A maintenance technician at an Ausgrid facility in a Canterbury substation is suspected of causing the power blackout that struck large parts of Sydney on Thursday afternoon, closing roads and rail lines and triggering another peak hour nightmare for tens of thousands of commuters.
The fault at the Canterbury subtransmission substation occurred at 4.35pm, at the same time an Ausgrid employee was conducting what a spokesman described as ''urgent'' but unrelated maintenance work.
The fault caused a power outage that shut electricity to about 60,000 homes and businesses in the inner west and inner south, suspended services on the Bankstown train line and closed the M5 tunnels at peak hour.
It was not until about 6.20pm that both eastbound and westbound M5 tunnels had reopened and by then traffic had banked up deep into the city.
The Bankstown line did not reopen until 6.45pm, by which time crowds at Sydenham station had become so crushing the Transport Management Centre was advising people to avoid the area.
The failure was the second peak-hour collapse in Sydney's public transport network this week. On Tuesday afternoon, train signals broke down at Wynyard station, prompting delays of up to an hour for commuters travelling home on the Western and Northern lines.
An Ausgrid spokesman said: ''Given that a technician was on site where we know the fault occurred, we do suspect there is a link between his work and the interruption.
''But we want to make sure we conduct a full investigation,'' he said.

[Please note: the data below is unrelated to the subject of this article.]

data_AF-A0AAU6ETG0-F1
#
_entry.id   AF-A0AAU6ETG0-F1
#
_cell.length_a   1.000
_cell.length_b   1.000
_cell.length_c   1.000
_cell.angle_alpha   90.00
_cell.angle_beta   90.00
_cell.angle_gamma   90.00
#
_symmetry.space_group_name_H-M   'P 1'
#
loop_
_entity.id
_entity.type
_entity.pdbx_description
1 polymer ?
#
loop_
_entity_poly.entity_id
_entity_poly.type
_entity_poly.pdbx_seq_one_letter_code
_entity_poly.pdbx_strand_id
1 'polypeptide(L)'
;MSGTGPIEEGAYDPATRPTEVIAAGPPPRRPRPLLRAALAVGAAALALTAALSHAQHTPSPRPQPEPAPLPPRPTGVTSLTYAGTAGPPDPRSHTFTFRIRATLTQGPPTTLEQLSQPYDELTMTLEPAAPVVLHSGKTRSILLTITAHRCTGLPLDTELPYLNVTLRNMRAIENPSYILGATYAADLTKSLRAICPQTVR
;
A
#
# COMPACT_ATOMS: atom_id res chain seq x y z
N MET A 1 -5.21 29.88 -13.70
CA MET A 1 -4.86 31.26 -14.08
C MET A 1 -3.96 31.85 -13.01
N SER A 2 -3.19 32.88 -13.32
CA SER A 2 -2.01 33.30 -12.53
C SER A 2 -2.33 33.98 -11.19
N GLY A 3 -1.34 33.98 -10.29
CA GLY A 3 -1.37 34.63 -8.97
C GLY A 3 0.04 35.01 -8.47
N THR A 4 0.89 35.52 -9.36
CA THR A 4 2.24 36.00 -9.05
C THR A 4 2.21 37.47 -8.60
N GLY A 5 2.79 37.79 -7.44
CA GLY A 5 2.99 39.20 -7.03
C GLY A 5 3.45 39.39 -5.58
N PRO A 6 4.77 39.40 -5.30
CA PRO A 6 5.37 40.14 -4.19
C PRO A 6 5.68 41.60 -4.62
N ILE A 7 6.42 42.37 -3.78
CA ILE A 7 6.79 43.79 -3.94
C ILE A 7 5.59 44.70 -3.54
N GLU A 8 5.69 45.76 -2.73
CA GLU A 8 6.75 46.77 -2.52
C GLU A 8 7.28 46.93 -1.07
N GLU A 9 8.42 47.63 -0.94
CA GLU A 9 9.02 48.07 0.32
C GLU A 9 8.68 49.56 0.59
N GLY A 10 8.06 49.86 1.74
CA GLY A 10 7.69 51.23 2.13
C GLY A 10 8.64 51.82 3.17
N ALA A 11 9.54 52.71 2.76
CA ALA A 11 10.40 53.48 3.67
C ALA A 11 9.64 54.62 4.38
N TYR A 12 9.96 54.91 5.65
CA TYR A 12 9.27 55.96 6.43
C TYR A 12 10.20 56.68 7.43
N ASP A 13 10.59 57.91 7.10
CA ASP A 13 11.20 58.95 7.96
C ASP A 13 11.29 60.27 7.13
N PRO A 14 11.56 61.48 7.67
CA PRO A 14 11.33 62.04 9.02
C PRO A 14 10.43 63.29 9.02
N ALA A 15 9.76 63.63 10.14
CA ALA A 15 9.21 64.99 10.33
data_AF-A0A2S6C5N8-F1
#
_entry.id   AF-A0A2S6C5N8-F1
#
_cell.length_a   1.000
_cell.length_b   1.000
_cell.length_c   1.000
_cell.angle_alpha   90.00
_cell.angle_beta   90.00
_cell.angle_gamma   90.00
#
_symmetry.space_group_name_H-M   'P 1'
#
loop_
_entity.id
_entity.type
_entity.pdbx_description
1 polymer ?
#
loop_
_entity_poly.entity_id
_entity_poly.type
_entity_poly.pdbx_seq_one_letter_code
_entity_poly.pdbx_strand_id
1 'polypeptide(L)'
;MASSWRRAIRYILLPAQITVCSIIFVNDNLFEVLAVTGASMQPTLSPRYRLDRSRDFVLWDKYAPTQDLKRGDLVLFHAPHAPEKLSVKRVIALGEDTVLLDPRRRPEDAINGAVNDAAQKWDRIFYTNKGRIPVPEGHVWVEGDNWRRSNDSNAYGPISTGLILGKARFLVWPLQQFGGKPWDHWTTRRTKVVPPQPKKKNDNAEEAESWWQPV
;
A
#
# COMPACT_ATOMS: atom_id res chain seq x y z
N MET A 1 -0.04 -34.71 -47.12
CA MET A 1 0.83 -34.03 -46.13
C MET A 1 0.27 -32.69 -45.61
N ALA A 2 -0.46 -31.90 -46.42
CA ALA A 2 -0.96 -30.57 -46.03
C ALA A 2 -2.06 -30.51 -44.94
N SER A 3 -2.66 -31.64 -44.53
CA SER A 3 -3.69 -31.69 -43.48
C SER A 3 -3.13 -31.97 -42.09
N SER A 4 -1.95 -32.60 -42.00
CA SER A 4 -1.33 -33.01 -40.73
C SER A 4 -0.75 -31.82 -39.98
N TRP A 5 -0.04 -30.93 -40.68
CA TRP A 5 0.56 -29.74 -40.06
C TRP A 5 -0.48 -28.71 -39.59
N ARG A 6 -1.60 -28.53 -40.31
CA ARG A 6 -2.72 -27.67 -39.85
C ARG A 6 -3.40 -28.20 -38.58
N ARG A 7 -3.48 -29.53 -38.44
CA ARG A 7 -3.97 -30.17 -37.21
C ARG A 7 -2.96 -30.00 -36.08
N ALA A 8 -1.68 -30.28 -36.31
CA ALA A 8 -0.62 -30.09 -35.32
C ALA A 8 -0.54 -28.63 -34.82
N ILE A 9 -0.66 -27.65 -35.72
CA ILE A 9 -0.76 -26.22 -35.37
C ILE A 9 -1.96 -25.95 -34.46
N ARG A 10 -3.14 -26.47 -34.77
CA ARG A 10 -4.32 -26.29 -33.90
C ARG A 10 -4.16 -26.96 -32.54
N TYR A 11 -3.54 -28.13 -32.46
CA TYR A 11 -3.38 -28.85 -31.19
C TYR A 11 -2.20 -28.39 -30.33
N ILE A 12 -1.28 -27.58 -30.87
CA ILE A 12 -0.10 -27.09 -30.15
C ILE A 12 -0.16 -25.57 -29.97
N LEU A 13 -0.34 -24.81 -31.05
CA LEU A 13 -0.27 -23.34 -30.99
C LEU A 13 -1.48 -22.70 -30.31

The fault at Canterbury caused power to be cut from three Ausgrid ''zone'' substations, affecting a large swath of the inner west roughly bordered by Petersham, Ashfield, Earlwood, Belmore and Enfield.
Power was restored to homes and businesses about 5.20pm, but it took longer to reboot the safety systems in the M5 tunnels and to restore power along the Bankstown line's substations.
Waiting at Redfern station just before 6pm, Greg Paterson said he had been delayed by 25 minutes after his train to Dulwich Hill was forced to stop early at Sydenham.
''You just come to expect it,'' Mr Paterson said. ''That's just Sydney trains.''
At Sydenham almost an hour later, Lisa Cumming from Bankstown was waiting in the cold at a bus stop long after she should have been home. ''All up I reckon it'll be a two-hour delay,'' she said.
''There was just a sea of people, it was amazing,'' she said of the overcrowded station.
The breakdown in public transport opened opportunities for taxi drivers, but they also found the situation difficult.
''It's great business but I can't move anywhere,'' cab driver George Tannous said. ''I'm like a fox who can't get in the garden.''